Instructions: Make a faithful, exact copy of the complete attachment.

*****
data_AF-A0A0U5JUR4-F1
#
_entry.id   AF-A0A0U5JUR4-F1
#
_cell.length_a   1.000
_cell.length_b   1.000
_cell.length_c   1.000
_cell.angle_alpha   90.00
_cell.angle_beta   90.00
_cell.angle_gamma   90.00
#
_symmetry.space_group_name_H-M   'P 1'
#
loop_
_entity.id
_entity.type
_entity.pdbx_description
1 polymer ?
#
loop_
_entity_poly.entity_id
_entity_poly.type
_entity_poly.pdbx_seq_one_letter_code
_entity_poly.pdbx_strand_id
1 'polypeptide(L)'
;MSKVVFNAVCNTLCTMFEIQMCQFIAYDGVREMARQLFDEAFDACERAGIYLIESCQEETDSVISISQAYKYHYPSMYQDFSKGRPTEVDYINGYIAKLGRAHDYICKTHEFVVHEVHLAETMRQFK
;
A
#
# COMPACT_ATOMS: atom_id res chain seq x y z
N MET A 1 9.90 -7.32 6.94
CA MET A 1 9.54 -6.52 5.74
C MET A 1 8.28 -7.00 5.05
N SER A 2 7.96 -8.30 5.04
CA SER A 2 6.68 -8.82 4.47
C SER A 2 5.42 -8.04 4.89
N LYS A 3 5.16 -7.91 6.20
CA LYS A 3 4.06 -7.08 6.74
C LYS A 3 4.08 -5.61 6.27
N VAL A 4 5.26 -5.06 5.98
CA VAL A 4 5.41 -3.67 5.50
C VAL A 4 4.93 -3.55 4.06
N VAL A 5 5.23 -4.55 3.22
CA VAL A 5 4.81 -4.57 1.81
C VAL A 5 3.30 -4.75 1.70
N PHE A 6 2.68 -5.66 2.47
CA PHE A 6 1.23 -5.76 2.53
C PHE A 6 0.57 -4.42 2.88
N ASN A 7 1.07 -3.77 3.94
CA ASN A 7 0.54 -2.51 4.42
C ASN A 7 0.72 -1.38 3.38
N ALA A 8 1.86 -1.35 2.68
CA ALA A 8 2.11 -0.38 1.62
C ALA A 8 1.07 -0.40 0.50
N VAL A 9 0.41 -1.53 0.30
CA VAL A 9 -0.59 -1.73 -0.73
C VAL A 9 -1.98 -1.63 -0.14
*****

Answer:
data_AF-A0A0U5JUR4-F1
#
_entry.id   AF-A0A0U5JUR4-F1
#
_cell.length_a   1.000
_cell.length_b   1.000
_cell.length_c   1.000
_cell.angle_alpha   90.00
_cell.angle_beta   90.00
_cell.angle_gamma   90.00
#
_symmetry.space_group_name_H-M   'P 1'
#
loop_
_entity.id
_entity.type
_entity.pdbx_description
1 polymer ?
#
loop_
_entity_poly.entity_id
_entity_poly.type
_entity_poly.pdbx_seq_one_letter_code
_entity_poly.pdbx_strand_id
1 'polypeptide(L)'
;MSKVVFNAVCNTLCTMFEIQMCQFIAYDGVREMARQLFDEAFDACERAGIYLIESCQEETDSVISISQAYKYHYPSMYQDFSKGRPTEVDYINGYIAKLGRAHDYICKTHEFVVHEVHLAETMRQFK
;
A
#
# COMPACT_ATOMS: atom_id res chain seq x y z
N MET A 1 9.90 -7.32 6.94
CA MET A 1 9.54 -6.52 5.74
C MET A 1 8.28 -7.00 5.05
N SER A 2 7.96 -8.30 5.04
CA SER A 2 6.68 -8.82 4.47
C SER A 2 5.42 -8.04 4.89
N LYS A 3 5.16 -7.91 6.20
CA LYS A 3 4.06 -7.08 6.74
C LYS A 3 4.08 -5.61 6.27
N VAL A 4 5.26 -5.06 5.98
CA VAL A 4 5.41 -3.67 5.50
C VAL A 4 4.93 -3.55 4.06
N VAL A 5 5.23 -4.55 3.22
CA VAL A 5 4.81 -4.57 1.81
C VAL A 5 3.30 -4.75 1.70
N PHE A 6 2.68 -5.66 2.47
CA PHE A 6 1.23 -5.76 2.53
C PHE A 6 0.57 -4.42 2.88
N ASN A 7 1.07 -3.77 3.94
CA ASN A 7 0.54 -2.51 4.42
C ASN A 7 0.72 -1.38 3.38
N ALA A 8 1.86 -1.35 2.68
CA ALA A 8 2.11 -0.38 1.62
C ALA A 8 1.07 -0.40 0.50
N VAL A 9 0.41 -1.53 0.30
CA VAL A 9 -0.59 -1.73 -0.73
C VAL A 9 -1.98 -1.63 -0.14